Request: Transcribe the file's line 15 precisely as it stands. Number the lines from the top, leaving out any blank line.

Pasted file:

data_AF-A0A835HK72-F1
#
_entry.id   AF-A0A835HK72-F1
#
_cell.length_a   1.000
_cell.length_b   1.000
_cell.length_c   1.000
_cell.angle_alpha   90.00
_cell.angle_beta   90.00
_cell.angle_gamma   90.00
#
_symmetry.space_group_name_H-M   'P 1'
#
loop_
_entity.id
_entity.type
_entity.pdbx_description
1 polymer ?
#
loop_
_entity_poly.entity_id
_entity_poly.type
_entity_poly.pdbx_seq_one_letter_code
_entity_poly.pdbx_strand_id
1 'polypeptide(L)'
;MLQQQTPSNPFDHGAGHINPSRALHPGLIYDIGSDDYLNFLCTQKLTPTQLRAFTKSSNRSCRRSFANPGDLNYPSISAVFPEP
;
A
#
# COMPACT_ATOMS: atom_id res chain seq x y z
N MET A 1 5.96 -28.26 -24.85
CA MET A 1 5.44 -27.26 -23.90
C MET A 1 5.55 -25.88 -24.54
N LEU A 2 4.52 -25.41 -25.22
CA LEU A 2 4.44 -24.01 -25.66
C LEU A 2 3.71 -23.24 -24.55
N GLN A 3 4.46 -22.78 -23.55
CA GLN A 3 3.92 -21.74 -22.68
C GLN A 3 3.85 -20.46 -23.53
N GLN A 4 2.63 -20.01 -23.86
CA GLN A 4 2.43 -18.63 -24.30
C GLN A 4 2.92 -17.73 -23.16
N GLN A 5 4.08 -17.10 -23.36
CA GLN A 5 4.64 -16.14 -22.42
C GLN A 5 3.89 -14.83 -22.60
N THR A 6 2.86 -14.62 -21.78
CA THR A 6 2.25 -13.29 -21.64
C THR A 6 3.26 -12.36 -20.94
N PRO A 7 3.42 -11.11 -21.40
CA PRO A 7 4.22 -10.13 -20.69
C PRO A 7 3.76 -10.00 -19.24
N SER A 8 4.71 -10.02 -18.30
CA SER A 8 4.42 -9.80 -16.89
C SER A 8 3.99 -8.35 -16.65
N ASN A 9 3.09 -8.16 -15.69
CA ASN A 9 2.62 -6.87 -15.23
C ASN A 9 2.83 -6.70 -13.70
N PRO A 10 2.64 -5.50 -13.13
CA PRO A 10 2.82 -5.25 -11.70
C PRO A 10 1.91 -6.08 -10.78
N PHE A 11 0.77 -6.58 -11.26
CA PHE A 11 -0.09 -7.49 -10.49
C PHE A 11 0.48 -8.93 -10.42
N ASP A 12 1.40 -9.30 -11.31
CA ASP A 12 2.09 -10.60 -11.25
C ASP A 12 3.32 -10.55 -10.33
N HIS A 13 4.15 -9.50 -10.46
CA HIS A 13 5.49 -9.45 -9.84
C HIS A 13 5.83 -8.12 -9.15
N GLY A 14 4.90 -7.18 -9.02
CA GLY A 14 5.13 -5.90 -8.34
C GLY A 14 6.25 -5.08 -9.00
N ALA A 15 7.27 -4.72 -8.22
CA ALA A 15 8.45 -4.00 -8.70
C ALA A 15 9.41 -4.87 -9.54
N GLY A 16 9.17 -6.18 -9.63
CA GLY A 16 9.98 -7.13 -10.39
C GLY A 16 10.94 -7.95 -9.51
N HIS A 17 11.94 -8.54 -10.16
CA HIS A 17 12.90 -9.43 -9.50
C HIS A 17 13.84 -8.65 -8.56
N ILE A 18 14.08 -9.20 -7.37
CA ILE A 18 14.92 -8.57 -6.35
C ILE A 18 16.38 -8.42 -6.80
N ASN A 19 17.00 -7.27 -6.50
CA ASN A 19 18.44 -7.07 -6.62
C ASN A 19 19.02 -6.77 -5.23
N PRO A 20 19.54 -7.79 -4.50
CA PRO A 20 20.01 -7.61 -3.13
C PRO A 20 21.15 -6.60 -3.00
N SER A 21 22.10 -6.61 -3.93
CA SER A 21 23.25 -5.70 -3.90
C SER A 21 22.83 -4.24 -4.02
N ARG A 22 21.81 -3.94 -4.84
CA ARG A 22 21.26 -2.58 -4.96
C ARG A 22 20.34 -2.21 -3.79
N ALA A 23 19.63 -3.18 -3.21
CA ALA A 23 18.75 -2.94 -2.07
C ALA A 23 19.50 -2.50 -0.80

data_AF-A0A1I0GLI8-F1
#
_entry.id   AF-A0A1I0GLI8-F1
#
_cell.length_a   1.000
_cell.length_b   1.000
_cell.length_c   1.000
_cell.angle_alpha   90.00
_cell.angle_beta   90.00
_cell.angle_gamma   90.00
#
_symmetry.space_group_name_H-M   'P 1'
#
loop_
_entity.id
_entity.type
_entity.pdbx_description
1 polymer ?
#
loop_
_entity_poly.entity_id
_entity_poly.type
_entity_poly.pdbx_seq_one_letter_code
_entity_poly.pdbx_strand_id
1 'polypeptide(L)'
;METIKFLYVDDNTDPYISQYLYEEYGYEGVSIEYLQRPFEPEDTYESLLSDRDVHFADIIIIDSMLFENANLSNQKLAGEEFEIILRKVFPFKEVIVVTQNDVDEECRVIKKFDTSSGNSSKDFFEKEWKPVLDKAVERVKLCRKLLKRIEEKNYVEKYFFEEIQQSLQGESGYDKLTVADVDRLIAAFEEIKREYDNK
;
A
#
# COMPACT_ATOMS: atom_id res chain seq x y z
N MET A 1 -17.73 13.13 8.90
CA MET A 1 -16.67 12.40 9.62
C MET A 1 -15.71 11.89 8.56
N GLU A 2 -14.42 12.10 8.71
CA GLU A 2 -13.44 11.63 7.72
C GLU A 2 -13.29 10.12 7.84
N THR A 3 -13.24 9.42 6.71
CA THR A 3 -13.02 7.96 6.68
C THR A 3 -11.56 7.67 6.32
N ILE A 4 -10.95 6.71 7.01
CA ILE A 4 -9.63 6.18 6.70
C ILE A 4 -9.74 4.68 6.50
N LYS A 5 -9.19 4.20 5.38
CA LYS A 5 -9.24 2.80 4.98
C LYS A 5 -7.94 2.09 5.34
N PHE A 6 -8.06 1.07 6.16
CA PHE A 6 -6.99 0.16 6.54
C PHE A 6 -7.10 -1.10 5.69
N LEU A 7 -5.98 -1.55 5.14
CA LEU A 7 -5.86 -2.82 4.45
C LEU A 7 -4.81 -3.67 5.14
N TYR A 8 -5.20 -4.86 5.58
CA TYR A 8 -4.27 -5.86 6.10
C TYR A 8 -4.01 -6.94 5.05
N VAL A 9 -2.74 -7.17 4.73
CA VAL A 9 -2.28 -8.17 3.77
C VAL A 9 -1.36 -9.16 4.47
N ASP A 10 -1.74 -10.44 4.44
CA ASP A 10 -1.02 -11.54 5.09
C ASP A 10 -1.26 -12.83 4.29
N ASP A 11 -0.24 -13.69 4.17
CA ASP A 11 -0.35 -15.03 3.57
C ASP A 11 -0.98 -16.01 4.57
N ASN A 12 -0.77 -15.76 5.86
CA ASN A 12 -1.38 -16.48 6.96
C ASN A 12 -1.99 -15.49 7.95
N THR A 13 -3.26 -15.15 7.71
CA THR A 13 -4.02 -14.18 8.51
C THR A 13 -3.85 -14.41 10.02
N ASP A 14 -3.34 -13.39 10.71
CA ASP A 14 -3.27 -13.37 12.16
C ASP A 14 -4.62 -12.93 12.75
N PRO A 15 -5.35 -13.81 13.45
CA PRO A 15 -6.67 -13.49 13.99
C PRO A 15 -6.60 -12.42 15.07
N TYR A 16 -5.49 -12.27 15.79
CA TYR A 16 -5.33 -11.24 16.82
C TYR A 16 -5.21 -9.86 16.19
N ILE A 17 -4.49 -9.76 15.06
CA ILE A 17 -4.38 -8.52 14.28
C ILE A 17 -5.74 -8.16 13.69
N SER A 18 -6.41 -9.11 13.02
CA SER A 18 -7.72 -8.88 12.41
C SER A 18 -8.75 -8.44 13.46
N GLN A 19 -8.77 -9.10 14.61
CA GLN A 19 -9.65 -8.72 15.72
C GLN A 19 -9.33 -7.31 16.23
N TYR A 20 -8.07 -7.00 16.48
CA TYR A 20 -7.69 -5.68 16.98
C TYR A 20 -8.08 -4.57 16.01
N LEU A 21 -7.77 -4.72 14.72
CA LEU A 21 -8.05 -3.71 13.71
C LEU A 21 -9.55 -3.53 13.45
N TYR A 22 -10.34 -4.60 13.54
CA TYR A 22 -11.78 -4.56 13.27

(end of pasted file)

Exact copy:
_entity.id